Over the weekend, something exciting happened. If you follow us on Instagram, you may have seen that Ben and I installed our pool liner. Several weeks ago, I shared work we’d done to get ready for the pool liner, which included hanging the standard bead track.
In order to prevent the screws rubbing against the future liner, Ben applied a few layers of Gorilla Tape to soften the screw heads.
With the track ready, we measured the pool. Different sites have slightly different measurements, so we measured according to the company we planned to order from and filled out the paper.
After sending that form in, they sent us a drawing detailing the dimensions we gave to them, asking us to confirm the sizes were correct.
After looking over dozens of liner pattern and color options, I chose Crystal Quartz, a white, gray, and blue terrazzo pattern. In the Swim was quick and sent our liner out within a week of placing the order. A big, 140 pound box arrived with a list of instructions printed on the outside of the box. The box was to be placed at the deep end, centered on the width with the arrows facing the shallow end.
The pool liner has a thicker ‘bead’ along the top, with an angle cut back.
The angle of the bead grips the track, with the weight of the liner pulling it down, keeping it tucked in place.
Although the directions said it works best to have four people, Ben and I unfurled the package, bringing the marked corners toward the shallow end. Each corner had a blue Sharpie arrow on the back to indicate the corner, which we placed near the center of the radius corner.
It wasn’t perfect, one side just a little off-center, giving a bit more material to one side. With the liner still in the track, we pulled a little toward the deep end, slowly scooting it along the track. After that, the corners all lined up nicely, and Ben brought up our two shop vacs.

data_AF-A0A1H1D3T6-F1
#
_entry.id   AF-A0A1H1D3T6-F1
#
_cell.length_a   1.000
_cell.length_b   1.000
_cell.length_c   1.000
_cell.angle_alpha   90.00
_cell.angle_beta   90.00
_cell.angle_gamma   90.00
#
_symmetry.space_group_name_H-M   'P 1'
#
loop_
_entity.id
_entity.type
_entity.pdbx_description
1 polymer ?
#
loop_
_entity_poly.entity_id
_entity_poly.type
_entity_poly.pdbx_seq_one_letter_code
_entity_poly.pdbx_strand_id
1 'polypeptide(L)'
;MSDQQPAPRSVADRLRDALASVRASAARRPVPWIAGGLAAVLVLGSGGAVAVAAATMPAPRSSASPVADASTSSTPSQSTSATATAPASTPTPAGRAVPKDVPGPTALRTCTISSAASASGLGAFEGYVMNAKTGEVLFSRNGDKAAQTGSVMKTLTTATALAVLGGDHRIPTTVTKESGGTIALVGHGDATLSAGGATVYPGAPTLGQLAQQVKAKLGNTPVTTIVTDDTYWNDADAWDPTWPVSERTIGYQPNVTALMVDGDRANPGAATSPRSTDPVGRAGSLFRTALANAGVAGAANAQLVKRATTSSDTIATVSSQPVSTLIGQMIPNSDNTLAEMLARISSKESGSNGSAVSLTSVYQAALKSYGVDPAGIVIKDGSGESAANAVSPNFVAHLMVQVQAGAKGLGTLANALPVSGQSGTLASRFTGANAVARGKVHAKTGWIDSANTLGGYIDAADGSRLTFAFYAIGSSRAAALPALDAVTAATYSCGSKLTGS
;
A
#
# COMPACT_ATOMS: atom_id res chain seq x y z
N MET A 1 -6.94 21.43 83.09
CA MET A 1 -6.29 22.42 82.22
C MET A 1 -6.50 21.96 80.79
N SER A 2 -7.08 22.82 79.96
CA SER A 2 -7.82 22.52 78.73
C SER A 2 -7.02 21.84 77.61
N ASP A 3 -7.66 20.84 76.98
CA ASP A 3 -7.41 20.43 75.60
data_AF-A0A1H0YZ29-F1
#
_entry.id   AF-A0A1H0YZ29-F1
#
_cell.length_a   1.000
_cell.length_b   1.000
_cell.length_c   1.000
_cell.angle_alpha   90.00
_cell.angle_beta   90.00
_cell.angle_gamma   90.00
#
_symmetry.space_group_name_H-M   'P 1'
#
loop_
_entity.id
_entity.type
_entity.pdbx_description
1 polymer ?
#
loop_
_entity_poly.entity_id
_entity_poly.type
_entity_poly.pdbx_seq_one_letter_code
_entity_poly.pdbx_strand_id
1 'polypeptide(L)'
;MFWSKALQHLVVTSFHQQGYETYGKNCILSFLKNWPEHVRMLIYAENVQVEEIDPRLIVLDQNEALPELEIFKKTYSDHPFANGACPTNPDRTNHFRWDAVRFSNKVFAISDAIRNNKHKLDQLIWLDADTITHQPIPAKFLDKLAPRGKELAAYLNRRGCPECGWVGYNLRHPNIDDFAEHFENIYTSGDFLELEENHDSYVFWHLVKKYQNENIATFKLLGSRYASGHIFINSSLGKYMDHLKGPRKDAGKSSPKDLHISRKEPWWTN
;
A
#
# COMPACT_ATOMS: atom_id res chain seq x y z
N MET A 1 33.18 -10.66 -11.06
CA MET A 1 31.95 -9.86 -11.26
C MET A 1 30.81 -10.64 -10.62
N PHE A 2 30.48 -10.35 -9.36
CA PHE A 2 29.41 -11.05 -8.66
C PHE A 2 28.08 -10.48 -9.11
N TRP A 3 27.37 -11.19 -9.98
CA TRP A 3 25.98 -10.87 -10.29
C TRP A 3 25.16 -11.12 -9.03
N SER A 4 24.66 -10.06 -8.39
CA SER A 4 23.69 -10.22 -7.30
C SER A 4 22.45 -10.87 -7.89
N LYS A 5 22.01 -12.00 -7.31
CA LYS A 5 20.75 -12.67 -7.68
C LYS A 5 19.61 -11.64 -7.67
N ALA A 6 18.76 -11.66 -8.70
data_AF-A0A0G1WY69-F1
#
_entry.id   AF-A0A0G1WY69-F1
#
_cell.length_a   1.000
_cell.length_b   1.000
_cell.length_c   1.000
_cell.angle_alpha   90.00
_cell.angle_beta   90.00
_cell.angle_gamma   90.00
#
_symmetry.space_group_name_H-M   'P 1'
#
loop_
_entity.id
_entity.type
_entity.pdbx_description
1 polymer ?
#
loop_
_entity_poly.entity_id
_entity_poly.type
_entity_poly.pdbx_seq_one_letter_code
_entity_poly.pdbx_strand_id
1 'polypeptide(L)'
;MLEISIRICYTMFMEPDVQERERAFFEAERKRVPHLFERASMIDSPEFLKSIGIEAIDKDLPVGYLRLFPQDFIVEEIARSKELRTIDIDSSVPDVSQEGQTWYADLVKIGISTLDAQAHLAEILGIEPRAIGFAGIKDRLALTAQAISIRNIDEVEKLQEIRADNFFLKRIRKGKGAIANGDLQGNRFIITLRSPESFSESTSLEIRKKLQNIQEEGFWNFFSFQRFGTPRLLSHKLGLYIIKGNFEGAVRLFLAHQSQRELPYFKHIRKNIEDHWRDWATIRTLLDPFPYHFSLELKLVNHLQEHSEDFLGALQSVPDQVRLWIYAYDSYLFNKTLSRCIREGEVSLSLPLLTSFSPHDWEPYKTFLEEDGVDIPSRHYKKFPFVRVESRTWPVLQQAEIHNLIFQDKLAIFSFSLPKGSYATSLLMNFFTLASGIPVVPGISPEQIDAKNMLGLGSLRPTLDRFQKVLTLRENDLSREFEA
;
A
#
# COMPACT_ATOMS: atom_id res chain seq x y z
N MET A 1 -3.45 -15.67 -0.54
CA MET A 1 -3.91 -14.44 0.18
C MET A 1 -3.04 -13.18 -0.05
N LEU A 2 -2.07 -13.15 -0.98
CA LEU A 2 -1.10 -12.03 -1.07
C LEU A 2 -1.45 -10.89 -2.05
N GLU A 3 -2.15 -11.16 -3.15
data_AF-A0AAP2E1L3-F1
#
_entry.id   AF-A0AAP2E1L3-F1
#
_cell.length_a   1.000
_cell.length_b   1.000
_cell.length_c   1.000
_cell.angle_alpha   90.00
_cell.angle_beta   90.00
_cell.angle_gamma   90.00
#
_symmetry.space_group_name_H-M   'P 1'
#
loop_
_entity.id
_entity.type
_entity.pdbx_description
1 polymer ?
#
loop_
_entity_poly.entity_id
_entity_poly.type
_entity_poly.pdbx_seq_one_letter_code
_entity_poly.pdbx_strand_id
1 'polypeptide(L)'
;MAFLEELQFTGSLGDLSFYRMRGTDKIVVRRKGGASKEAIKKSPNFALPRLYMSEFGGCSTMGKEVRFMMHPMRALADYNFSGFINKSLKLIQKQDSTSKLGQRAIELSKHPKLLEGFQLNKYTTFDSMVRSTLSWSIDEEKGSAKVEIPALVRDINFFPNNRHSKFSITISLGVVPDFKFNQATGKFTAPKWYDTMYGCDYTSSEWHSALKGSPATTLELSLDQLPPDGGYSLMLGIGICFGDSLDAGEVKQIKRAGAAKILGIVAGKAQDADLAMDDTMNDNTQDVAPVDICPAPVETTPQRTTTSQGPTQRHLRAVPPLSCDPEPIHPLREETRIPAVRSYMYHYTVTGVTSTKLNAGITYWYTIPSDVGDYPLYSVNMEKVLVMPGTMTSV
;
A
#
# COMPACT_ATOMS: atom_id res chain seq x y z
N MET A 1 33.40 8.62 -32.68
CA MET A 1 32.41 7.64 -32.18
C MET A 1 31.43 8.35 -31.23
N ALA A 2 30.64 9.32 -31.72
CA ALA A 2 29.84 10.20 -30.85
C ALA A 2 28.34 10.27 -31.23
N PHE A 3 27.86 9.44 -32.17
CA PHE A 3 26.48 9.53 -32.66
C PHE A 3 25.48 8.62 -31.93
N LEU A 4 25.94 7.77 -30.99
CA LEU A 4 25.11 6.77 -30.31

One hose went into the skimmer, the other tucked behind the corner of the liner. Both sealed with Gorilla Tape to keep the suction as tight as possible.
Without the vacuums on, the liner hangs loosely off the track.
Within a few minutes of turning the two vacuums on, the liner stretched and sucked into the walls and floor. But not tightly into the seams where the different planes meet.
Up until this point, everything went better than anticipated, taking about an hour total. We both hopped online in search of answers. I saw several forums that said liners stretch about 300 percent. Not wanting to risk harming the $1300 liner, we got a more powerful carpet cleaning vacuum, with three different suction levels. Unfortunately, it didn’t seem to make much of a difference.
At that point, Ben and I both worried that the liner was too small. Nothing in the instructions said the liner would be slightly small, but I thought the weight of water would stretch everything in place. After a discussion, Ben agreed we should give it a try and brought in the hoses.
As the pool fills, the vacuums have to stay on to keep the liner sucked tightly into place.
Sure enough, as the water level rose, the previously rounded corners became more defined.
Whew, it was all okay and now a waiting game. Over on Instagram, a few people messaged me to ask why we didn’t get a water truck delivery. Mostly because we’d never installed a liner before and didn’t know how it would go/when we would be ready. Also, deliveries aren’t available on Sundays. Either way, we knew it would eventually fill up, and the hardest part was behind us. Stay tuned for the full reveal!